Library and Archives Canada
Symbol of the Government of Canada

Institutional links

Print of an imaginary view of Canada, [1528]
1ère vue de Canada (First View of Canada), [1528]. Notice anything odd?
Print of an imaginary scene of beaver-hunting in Canada, circa 1782
Beaver Hunting in Canada,
circa 1782

ARCHIVED - Detecting the Truth.
Fakes, Forgeries and Trickery

Archived Content

This archived Web page remains online for reference, research or recordkeeping purposes. This page will not be altered or updated. Web pages that are archived on the Internet are not subject to the Government of Canada Web Standards. As per the Communications Policy of the Government of Canada, you can request alternate formats of this page on the Contact Us page.

Map Imitations

Image of beavers and Niagara Falls, 1715

Close-up of beavers and Niagara Falls in map of North America, by Herman Moll, 1715

Hundreds of years ago, map-makers were hired by entrepreneurs or by the Crown to make drawings of faraway lands. To do so, they had to walk or ride horses across the wilderness or paddle and sail along the shoreline to sketch what a country looked like. As you can imagine, this was hard and sometimes very dangerous work! It's no surprise then to learn that many map-makers copied each other's work. For the map experts at Library and Archives Canada, the challenge is to find out which map-makers copied whom.

One of the most famous early maps of North America is unofficially known as the Beaver Map. It was published in 1715 by Herman Moll.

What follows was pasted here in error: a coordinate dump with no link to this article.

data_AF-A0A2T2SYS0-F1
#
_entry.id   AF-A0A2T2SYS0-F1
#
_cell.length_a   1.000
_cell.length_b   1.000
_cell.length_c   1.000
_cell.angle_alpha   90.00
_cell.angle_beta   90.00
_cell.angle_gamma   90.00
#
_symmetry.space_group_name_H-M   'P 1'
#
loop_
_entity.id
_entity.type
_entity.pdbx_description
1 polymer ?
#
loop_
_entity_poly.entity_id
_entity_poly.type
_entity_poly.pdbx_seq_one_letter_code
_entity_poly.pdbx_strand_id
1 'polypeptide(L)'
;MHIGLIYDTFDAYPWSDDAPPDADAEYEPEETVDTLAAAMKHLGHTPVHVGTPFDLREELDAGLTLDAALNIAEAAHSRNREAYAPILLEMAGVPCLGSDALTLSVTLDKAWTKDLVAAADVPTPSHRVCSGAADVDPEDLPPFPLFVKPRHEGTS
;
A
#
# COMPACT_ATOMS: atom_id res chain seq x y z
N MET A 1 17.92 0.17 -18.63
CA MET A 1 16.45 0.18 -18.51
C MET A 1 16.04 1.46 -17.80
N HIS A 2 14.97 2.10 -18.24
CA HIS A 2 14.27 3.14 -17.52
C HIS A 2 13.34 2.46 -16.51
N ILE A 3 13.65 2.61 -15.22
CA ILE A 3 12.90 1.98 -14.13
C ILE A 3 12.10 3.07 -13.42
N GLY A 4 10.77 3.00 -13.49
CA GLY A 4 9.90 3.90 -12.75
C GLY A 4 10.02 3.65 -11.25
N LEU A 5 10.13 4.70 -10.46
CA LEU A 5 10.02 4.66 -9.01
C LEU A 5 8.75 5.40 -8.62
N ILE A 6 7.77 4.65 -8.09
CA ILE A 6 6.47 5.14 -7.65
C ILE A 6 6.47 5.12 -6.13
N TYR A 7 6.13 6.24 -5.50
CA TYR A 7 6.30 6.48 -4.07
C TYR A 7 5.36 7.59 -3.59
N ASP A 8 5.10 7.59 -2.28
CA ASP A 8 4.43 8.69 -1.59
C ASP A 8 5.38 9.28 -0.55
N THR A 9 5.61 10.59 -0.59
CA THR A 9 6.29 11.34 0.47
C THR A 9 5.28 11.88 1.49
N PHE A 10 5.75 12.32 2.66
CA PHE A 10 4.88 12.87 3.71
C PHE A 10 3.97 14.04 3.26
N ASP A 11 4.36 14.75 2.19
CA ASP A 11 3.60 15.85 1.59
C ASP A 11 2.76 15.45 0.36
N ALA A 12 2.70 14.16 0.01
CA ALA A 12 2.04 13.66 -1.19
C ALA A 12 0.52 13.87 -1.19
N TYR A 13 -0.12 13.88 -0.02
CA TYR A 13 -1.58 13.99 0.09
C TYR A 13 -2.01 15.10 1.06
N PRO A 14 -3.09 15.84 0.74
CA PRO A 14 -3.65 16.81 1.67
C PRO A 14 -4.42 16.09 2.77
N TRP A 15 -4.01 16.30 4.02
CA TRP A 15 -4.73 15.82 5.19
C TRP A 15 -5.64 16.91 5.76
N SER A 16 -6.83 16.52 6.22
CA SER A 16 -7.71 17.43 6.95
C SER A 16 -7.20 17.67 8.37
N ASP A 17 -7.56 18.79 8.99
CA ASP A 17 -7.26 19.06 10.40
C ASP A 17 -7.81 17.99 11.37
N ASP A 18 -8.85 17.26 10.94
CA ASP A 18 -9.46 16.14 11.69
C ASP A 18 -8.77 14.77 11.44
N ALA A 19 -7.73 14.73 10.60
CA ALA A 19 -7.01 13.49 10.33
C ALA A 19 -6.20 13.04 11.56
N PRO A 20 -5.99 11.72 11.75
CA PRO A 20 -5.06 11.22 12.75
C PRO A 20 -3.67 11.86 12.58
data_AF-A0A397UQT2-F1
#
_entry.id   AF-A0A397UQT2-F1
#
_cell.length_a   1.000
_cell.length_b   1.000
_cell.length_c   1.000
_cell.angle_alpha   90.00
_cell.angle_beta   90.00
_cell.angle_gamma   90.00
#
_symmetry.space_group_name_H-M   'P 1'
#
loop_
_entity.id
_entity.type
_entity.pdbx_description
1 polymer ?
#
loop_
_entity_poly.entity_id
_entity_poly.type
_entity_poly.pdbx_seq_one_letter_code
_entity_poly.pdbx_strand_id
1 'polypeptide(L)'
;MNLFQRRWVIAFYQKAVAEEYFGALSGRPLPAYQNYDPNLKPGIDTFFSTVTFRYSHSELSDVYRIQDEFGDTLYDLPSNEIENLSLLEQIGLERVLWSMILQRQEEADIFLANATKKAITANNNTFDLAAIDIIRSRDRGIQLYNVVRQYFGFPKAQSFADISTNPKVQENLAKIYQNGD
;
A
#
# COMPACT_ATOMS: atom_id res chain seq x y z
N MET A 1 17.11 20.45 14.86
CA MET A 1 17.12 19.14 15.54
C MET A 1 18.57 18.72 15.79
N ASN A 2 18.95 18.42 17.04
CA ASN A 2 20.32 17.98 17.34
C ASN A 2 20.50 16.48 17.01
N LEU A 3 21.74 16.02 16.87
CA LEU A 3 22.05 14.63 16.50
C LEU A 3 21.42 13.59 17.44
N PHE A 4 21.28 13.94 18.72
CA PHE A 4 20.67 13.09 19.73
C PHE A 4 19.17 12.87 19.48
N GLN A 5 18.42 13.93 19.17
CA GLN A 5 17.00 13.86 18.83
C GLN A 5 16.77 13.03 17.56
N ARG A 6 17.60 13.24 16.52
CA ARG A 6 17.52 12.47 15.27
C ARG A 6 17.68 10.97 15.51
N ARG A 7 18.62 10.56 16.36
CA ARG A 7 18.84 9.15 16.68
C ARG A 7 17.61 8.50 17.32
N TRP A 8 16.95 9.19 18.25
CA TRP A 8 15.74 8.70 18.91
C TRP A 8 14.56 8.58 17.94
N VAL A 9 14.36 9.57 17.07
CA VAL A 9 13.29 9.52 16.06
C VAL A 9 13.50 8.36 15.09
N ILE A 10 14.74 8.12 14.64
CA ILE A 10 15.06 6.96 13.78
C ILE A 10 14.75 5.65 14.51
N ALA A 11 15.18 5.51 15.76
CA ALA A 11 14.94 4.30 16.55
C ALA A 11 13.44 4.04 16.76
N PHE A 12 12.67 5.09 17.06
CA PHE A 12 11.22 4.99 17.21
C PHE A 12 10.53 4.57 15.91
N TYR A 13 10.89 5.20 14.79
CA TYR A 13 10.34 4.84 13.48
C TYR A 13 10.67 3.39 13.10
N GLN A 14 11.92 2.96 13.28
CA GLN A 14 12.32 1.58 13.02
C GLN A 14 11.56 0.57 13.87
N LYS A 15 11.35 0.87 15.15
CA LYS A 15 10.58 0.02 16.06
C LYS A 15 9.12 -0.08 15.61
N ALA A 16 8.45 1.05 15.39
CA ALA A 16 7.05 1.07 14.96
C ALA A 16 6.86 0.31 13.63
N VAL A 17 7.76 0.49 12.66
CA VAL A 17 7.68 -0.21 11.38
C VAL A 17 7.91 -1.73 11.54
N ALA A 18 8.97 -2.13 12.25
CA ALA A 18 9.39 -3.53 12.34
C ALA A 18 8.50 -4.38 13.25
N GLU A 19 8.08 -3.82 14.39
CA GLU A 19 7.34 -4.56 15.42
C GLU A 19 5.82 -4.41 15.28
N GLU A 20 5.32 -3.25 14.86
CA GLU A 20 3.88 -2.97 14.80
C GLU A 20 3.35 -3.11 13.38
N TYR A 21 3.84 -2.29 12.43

Map of the Americas by Nicolas de Fer, 1698. Left section Map of the Americas by Nicolas de Fer, 1698. Right section

Map of the Americas by Nicolas de Fer, 1698

Image of beavers and Niagara Falls, 1698

Close-up of beavers and Niagara Falls in map of the Americas, by Nicholas de Fer, 1698

See the beautiful scene of beavers busily building dams? Isn't it striking? Well, that's what Herman Moll must have thought since he copied it from another map-maker's work! Seventeen years before, in 1698, a map-maker named Nicolas de Fer published a chart with that identical beaver scene printed on it. Not one thing was changed. It was plagiarism pure and simple! In fact, Nicolas de Fer published the original Beaver Map but a more prominent colleague took credit for it.

But before you get all upset about how unfairly the poor and innocent Nicolas de Fer was treated, you should know this: His map contains images of Niagara Falls and beavers that were first printed in books by Louis Hennepin, published in 1697, and François Du Creux in 1664!

Etching of Niagara Falls, 1967

Niagara Falls, 1697

Etching of beavers, 1664

Beavers, 1664

These days, there are copyright laws that forbid people from copying each others work. But back in the 1600s, the laws were less restrictive and since people didn't have access to many illustrations of beavers (or anything else "exotic") it was quite common to take someone else's work and add it to your own. It wasn't so much stealing as it was flattery. If someone's work got copied, it was almost like saying: "Wow! This illustration is so good that I will use it in my work too!" For our experts, keeping track of who copied what from whom first, is like playing a game of follow the leader across the centuries! In the 1700s, map-makers started to give credit to the original engraver; when they used someone else's work, they printed phrases like "after a drawing of Joe Blow" (or something of the sort) on their maps. This makes our job that much easier.

Did you know...?

Experts often know that a document is a copy just by looking at it.

Explore this topic


copyright: law that protects original materials, like inventions, manuscripts, music and films, from being copied by others without permission

Crown: a monarch such as king, queen or emperor

entrepreneurs: people who start or organize a business or company

plagiarism: to copy an idea or a text word-for-word and to pass it off as your own